Can a state legislature simply pass a law, or issue a resolution, declaring the state’s courts have no jurisdiction to hear certain cases regarding the state constitution? A special committee of New Hampshire’s House is set to find out next week.
In states where the state constitution mentions a right to a public education, there is nothing especially new about efforts by legislatures to prohibit courts from issuing orders regarding enforcement of the provision in general or school funding levels in particular.
New Hampshire’s no stranger to such efforts, with at least 10 constitutional amendments proposed in the last several years to either explicitly prohibit courts from ruling on school funding or explicitly declare the legislature alone is to make the determination (and thereby implicitly cutting the courts out).
In 2011 two amendments of the implicit variety were proposed. CACR 7 and CACR 14, using different language, would have amended the state’s constitution to declare the legislature alone may set educational funding levels. CACR 14 was approved by the full Senate on March 30, but was reported out of the House Special Committee on Education Funding Reform with no recommendation and ultimately killed on the House floor on June 1.
The same Special Committee on Education Funding Reform has on its agenda for September 27 CACR 7 along with two unique proposals explicitly targeting the courts.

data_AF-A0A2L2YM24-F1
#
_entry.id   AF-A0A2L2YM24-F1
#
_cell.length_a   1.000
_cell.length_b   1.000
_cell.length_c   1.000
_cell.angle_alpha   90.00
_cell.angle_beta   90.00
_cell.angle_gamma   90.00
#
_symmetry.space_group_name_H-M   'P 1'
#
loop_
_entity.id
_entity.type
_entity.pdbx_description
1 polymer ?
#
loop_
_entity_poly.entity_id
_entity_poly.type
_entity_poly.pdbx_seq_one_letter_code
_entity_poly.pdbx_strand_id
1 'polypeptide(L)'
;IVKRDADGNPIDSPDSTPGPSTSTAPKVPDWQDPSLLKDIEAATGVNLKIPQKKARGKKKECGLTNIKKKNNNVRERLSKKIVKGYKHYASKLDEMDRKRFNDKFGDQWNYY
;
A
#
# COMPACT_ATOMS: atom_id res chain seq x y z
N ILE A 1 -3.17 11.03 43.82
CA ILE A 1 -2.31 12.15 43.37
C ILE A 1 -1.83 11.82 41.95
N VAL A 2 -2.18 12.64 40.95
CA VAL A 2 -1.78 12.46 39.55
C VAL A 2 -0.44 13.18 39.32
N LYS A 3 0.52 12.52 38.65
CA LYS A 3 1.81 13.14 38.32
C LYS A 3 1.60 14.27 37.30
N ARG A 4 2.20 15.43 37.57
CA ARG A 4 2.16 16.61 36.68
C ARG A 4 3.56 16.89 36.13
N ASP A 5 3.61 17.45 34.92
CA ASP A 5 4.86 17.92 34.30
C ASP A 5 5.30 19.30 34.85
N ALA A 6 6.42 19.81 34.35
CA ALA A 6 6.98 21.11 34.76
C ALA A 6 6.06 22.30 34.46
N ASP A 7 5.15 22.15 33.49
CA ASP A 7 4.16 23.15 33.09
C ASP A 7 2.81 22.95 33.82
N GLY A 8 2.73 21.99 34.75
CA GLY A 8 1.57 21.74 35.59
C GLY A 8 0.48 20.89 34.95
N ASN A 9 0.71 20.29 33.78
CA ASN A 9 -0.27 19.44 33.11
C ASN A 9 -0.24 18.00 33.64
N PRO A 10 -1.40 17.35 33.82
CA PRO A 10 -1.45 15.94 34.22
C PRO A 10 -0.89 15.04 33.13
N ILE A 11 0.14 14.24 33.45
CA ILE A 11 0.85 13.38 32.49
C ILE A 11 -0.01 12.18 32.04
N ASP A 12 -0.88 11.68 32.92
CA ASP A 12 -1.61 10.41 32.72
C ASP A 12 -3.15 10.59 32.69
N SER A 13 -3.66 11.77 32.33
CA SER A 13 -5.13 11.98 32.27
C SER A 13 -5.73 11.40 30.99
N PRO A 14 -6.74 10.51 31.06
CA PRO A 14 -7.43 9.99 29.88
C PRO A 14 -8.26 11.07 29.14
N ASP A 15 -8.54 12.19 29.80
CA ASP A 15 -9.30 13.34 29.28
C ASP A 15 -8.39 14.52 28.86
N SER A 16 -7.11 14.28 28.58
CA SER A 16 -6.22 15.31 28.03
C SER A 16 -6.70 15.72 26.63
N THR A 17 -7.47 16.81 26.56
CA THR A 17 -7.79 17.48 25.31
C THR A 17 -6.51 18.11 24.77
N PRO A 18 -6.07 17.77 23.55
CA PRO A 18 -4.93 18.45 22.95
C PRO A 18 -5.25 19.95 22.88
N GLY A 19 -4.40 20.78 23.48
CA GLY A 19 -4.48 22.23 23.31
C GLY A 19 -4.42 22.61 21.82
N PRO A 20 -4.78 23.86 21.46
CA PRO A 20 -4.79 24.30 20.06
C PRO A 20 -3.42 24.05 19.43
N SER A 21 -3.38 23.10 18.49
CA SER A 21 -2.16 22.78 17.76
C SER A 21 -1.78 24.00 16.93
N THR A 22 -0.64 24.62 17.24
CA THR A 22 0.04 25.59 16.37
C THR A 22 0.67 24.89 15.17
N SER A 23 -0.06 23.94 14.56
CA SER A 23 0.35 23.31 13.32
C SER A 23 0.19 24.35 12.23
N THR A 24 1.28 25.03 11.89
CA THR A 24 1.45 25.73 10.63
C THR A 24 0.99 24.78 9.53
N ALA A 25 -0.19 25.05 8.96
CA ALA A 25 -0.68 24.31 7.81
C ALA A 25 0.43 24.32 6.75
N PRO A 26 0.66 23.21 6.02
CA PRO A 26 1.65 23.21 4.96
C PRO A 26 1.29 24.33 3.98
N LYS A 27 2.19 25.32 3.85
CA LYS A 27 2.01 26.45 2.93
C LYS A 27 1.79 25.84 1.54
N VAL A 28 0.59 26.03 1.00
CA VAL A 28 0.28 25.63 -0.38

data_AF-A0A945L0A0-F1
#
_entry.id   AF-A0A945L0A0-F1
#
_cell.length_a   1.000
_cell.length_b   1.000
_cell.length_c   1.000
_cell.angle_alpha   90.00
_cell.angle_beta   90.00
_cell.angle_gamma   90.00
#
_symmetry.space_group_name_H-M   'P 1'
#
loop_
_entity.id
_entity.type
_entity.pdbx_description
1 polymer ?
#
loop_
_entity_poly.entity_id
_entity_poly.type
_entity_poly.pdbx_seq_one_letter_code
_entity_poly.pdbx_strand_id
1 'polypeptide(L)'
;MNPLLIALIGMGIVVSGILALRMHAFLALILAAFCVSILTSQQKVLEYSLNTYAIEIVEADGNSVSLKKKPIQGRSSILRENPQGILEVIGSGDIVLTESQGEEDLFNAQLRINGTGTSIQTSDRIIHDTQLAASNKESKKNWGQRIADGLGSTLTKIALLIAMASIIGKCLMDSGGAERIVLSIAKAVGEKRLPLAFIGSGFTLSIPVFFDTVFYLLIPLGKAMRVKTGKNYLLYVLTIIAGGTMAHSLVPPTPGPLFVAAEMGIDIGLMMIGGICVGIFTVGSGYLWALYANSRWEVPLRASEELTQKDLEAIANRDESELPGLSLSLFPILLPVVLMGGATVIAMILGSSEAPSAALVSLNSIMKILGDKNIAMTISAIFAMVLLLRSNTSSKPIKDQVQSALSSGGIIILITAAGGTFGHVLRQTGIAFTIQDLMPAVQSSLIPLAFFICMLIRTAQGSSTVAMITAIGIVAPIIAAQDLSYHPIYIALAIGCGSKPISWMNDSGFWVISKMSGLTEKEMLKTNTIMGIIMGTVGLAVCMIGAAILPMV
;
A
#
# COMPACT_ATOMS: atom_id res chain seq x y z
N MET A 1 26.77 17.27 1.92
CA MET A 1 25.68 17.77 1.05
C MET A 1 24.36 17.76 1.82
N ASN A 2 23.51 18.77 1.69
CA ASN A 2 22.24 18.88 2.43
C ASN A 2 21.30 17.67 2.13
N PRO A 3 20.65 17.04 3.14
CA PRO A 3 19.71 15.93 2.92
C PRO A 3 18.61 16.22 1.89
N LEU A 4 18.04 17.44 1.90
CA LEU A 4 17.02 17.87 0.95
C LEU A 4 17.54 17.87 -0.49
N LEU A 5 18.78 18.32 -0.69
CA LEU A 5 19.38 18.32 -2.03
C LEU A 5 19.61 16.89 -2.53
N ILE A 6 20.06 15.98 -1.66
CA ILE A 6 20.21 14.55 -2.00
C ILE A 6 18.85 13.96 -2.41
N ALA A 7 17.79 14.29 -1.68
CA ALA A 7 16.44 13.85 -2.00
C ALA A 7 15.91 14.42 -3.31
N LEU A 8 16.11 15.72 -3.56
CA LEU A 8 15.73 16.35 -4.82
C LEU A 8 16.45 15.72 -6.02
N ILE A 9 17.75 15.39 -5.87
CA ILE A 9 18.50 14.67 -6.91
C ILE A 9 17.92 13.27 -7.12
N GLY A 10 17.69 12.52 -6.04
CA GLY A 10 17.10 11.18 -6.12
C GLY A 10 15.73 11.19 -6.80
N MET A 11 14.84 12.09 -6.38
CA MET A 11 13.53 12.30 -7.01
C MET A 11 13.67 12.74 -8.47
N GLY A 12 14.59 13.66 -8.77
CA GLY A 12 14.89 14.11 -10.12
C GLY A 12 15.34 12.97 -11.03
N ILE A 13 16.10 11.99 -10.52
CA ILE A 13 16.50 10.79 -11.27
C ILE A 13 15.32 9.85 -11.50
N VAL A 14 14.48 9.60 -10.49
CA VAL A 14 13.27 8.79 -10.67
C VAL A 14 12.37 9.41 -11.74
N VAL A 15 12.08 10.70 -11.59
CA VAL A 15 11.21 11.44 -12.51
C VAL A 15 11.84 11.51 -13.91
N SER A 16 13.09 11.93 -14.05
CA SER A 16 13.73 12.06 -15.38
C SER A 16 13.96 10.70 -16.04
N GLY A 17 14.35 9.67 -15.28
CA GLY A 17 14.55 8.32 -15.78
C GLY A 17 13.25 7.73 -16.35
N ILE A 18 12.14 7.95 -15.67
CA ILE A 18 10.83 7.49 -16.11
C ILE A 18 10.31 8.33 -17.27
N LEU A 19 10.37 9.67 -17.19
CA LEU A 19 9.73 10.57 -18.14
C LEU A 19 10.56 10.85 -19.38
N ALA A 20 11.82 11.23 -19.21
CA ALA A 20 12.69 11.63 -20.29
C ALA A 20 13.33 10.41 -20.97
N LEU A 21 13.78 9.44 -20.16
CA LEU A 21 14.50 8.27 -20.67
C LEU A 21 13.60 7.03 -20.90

HCR 26, would simply declare prior state supreme court decisions on school funding, known as the Claremont cases, nonbinding.
Whereas, the Claremont decisions are irreconcilable with the structure, text and history of our constitution; the “right” to an “adequate education” declared in the decisions and the “duty” of the state to fund this right are nothing more than the views of the justices of the supreme court of what constitutes good social policy and, therefore, do not have the force and effect of law; and
Whereas, the legislature hereby finds and declares that the amount of state funding for public education required by the constitution has been and remains zero dollars, and that the legislature, not the supreme court, has the exclusive power and discretion to authorize any additional state funding, and that, to the extent not prohibited by Part 1, Article 28-a, the state may continue to delegate some or all of the responsibility for providing public education to the local school districts; now therefore, be it
Resolved by the House of Representatives, the Senate concurring:
That the legislature hereby finds and declares that the Claremont case’s mandates that the legislative and executive branches define an adequate education, determine its cost, fund its entire cost with state taxes, and ensure its delivery through accountability, are not binding on the legislative and executive branches.
HB 233, a proposed statute change, declares distributions made from the education trust fund “shall not be subject to judicial review.”
This would not be the first time this session the New Hampshire legislature has considered unilaterally declaring certain court cases void or nonbinding. Earlier in the session resolutions were introduced to declare a series of cases void (see previous posting here).